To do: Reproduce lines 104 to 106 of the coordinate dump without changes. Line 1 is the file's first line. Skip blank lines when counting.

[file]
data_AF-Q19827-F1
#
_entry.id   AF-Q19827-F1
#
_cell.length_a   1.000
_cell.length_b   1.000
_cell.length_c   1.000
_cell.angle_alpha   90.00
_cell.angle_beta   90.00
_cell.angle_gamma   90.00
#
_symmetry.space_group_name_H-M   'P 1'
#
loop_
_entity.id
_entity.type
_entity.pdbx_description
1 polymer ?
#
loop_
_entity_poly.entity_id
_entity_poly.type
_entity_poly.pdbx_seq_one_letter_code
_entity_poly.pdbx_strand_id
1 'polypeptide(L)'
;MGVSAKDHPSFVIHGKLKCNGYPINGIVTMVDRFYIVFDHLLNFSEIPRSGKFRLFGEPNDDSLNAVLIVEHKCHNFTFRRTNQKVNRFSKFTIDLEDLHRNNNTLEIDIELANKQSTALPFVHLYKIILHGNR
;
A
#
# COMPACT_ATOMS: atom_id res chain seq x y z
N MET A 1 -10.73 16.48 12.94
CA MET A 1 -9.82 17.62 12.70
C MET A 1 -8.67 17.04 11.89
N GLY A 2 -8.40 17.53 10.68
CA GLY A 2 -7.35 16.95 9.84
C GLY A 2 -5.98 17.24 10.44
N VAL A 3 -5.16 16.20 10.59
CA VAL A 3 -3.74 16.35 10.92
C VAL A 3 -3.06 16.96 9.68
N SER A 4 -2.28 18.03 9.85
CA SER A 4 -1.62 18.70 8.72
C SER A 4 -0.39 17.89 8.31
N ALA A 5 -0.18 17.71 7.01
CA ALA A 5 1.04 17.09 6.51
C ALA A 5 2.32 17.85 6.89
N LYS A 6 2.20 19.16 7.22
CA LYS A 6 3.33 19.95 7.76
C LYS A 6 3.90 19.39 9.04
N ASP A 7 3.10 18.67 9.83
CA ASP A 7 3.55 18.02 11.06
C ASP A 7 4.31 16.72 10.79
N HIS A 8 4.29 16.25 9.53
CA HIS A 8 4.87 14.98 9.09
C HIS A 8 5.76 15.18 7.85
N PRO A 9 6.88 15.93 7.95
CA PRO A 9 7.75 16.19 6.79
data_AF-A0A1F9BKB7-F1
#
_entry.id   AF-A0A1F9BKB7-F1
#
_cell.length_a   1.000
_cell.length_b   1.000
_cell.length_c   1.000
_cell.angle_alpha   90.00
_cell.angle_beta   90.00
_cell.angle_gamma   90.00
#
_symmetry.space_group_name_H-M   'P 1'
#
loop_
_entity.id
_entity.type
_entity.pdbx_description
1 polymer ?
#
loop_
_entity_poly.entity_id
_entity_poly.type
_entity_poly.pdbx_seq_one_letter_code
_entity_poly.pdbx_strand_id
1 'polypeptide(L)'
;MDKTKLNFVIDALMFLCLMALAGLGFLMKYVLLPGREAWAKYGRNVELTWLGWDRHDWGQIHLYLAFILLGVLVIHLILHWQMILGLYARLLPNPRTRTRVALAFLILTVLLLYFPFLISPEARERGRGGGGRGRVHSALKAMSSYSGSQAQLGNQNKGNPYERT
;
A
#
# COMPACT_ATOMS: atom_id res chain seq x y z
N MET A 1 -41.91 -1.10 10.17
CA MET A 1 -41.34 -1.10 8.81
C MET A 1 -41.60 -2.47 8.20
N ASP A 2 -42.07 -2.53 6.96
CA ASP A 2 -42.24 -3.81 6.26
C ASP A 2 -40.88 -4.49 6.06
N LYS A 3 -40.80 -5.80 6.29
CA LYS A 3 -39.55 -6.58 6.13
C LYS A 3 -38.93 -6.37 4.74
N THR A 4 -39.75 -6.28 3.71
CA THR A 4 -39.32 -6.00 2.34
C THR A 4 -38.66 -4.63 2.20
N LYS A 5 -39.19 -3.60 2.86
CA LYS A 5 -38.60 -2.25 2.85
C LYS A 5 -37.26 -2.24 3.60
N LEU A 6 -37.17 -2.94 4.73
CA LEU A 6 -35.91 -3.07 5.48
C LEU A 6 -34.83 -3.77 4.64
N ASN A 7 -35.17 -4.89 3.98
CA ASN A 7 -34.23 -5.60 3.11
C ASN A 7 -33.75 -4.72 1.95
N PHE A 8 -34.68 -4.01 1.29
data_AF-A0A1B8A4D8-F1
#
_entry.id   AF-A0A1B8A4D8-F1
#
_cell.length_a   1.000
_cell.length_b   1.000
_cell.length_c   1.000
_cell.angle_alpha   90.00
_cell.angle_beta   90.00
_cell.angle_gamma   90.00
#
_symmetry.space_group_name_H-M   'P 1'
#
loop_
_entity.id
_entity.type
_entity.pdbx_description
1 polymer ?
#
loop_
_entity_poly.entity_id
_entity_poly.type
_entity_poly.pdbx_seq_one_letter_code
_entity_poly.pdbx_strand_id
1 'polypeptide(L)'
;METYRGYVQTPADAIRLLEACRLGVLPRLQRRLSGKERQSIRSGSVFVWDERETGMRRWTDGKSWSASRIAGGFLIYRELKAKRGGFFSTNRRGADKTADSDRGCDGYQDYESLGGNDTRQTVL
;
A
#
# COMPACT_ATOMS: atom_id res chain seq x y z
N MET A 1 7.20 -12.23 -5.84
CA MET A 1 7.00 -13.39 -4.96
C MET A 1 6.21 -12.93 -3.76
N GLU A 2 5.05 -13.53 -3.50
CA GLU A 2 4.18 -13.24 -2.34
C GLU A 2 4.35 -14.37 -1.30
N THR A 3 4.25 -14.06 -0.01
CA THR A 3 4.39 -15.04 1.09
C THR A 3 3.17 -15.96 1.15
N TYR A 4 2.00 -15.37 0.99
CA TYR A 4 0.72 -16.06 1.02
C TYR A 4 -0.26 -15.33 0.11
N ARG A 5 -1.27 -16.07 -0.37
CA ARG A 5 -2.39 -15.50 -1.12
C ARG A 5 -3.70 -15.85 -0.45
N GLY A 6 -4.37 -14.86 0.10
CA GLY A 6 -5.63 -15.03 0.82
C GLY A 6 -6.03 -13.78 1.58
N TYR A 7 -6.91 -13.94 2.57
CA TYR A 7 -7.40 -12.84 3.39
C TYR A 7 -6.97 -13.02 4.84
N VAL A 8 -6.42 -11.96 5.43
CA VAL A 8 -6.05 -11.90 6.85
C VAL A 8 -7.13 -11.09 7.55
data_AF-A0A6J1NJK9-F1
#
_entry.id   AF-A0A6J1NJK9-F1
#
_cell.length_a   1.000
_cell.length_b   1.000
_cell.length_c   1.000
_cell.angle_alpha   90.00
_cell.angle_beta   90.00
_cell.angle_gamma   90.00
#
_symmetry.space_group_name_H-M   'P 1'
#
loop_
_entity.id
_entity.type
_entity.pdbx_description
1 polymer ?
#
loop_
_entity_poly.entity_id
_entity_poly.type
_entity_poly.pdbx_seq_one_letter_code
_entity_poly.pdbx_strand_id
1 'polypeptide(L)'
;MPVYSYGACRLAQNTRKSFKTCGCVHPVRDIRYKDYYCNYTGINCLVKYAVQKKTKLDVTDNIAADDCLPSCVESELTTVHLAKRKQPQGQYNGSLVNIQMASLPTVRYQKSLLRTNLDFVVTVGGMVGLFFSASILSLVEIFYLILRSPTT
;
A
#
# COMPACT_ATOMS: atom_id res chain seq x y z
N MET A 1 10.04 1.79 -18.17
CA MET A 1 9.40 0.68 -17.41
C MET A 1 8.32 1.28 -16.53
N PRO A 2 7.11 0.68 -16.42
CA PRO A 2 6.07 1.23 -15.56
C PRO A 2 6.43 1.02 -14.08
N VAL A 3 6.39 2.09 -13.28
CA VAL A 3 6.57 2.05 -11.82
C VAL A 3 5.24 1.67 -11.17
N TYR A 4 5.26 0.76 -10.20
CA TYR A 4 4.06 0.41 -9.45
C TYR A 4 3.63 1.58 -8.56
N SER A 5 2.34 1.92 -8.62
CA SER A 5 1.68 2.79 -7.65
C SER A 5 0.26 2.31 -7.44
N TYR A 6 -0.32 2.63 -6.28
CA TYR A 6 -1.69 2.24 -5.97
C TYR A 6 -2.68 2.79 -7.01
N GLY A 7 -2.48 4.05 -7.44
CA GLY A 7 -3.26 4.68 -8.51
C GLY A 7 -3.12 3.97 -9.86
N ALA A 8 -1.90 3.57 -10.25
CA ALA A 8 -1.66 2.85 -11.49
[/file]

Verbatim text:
C LEU A 6 -34.83 -3.77 4.64
N ASN A 7 -35.17 -4.89 3.98
CA ASN A 7 -34.23 -5.60 3.11